potomak is back

Five years after her first IIHF Women’s World Championship, and four years after she last wore the Maple Leaf at any level, Sarah Potomak has returned to the Canadian Women’s National Team in Denmark.

Junior hockey players across the country are about to start testing. They are hard, stressful and sometimes they don’t end the way we want.

So most Canadians can identify with someone like Sarah Potomak, who was released from a team in December 2017. The main difference here is that Potomak was the latest advancement to the 2018 Women’s Olympic Team, a crushing blow for a player. who worked his life. her to get to that stage and ultimately fell short.

For some, that moment might have been the end, but Potomak kept pushing, working, fighting and, almost four years later, once again carrying the maple leaf as part of Team Canada at the 2022 IIHF Women’s World Championship. .

“It feels amazing. It’s been quite a long journey for me with a lot of ups and downs and stuff. But it feels good to finally be on this list and I’m excited for things to work out,” says Potomak, who is helping defend his world title in Denmark. “Obviously there were some more difficult days than most, but I believed in myself what I could offer this team. I went with it. I still love hockey and the motivation was always there. Obviously, when disappointments keep coming up, you question yourself. But I held on to what I believe in and leaned on those close to me and ended up being able to do it, which feels pretty amazing.”

The last time Potomak wore the Canadian jersey at a women’s World Cup was in 2017 in Plymouth, Michigan, where she scored twice and added an assist as Canada won the silver medal. Her last international appearance was with the Canadian Women’s National Development Team in a three-game series against the USA in August 2018.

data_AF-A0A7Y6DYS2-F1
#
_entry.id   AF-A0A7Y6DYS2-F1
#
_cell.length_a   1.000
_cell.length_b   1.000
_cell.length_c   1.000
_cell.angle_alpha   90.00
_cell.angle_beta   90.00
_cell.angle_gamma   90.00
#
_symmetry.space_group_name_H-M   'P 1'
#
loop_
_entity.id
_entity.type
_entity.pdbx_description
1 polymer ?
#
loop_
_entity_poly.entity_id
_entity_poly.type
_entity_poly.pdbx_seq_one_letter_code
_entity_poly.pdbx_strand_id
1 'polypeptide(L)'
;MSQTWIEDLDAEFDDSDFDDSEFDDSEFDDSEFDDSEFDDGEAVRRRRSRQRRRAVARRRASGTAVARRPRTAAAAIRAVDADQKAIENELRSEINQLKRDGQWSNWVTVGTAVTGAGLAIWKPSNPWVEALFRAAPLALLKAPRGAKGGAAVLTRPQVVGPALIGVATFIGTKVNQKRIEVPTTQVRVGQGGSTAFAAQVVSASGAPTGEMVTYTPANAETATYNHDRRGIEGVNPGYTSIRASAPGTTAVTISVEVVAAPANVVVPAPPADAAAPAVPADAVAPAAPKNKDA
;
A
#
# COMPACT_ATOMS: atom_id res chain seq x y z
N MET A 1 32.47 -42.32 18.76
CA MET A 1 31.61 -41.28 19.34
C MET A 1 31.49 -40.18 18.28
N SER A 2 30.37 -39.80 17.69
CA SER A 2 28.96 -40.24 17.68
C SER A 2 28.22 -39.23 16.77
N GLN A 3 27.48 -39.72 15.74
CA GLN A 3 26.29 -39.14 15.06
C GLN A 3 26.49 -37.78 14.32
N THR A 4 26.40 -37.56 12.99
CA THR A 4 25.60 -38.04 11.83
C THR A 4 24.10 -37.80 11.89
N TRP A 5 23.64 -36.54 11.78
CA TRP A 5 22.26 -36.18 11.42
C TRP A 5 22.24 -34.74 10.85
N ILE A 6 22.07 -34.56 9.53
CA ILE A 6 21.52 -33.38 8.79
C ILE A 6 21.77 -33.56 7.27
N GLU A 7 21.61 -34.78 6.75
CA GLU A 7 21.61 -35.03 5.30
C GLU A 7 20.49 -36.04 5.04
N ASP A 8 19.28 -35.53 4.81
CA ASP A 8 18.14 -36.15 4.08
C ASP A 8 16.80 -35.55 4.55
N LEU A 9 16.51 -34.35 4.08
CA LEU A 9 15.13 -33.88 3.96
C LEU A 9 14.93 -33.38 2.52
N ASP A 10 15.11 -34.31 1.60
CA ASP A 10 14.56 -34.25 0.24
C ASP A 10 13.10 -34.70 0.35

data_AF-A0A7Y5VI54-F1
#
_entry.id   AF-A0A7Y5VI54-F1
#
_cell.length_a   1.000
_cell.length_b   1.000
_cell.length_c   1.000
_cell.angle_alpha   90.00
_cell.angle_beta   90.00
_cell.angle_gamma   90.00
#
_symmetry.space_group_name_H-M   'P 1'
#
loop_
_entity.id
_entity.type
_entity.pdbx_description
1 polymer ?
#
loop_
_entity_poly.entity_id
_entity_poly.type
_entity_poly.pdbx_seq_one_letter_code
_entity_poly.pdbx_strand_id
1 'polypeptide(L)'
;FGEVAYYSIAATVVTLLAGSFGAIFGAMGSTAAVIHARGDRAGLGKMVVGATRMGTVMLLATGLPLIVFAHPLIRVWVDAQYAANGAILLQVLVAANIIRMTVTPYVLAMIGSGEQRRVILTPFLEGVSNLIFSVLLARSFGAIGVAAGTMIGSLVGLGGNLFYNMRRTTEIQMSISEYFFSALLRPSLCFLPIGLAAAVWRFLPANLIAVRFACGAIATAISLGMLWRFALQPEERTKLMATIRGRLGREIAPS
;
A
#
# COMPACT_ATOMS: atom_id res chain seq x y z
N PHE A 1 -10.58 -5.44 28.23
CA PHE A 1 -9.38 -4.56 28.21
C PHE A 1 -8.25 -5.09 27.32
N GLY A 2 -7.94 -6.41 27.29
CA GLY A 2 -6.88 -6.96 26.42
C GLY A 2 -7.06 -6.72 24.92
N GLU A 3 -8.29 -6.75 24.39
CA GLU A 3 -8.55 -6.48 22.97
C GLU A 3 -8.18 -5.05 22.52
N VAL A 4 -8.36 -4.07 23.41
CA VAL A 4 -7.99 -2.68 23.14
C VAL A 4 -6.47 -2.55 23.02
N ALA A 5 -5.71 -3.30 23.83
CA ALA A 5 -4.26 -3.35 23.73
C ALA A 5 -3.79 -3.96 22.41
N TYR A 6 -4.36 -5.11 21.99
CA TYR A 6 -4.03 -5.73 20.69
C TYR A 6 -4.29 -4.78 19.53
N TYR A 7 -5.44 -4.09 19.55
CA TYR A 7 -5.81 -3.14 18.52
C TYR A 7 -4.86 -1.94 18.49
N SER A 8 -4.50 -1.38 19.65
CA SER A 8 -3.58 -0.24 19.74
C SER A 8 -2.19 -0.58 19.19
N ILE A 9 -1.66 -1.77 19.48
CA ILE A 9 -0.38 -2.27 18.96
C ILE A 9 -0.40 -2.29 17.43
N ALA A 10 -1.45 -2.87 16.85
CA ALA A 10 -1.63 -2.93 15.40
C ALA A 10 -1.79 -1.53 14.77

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The road back onto the world stage has meandered in a number of ways for the Aldergrove, BC product. In 2019-20, he wrapped up a four-year career at the University of Minnesota where, as a Golden Gopher, he had 65 goals and 114 assists in 145 career games.

Potomak planned to stay with her alma mater to continue her education, with long-term plans to become an elementary school teacher. But the COVID-19 pandemic brought her back to her home in British Columbia, where she landed a job as an assistant coach on the Trinity Western University (TWU) women’s hockey team before the start of the 2020 season. -twenty-one. The Spartans had just recently received U SPORTS status and were in the midst of building their program. Potomak also had the opportunity to continue her education at TWU.

Jean LaForest, a long-time coach at the junior, pro and college ranks since the early 1990s, heard about Potomak when they were discussing possible coaches to join their staff and, after a few conversations, knew he would be a good fit.

Potomak went to work for the Spartans’ inaugural season and hasn’t looked back, becoming a trusted and integral part of the coaching staff.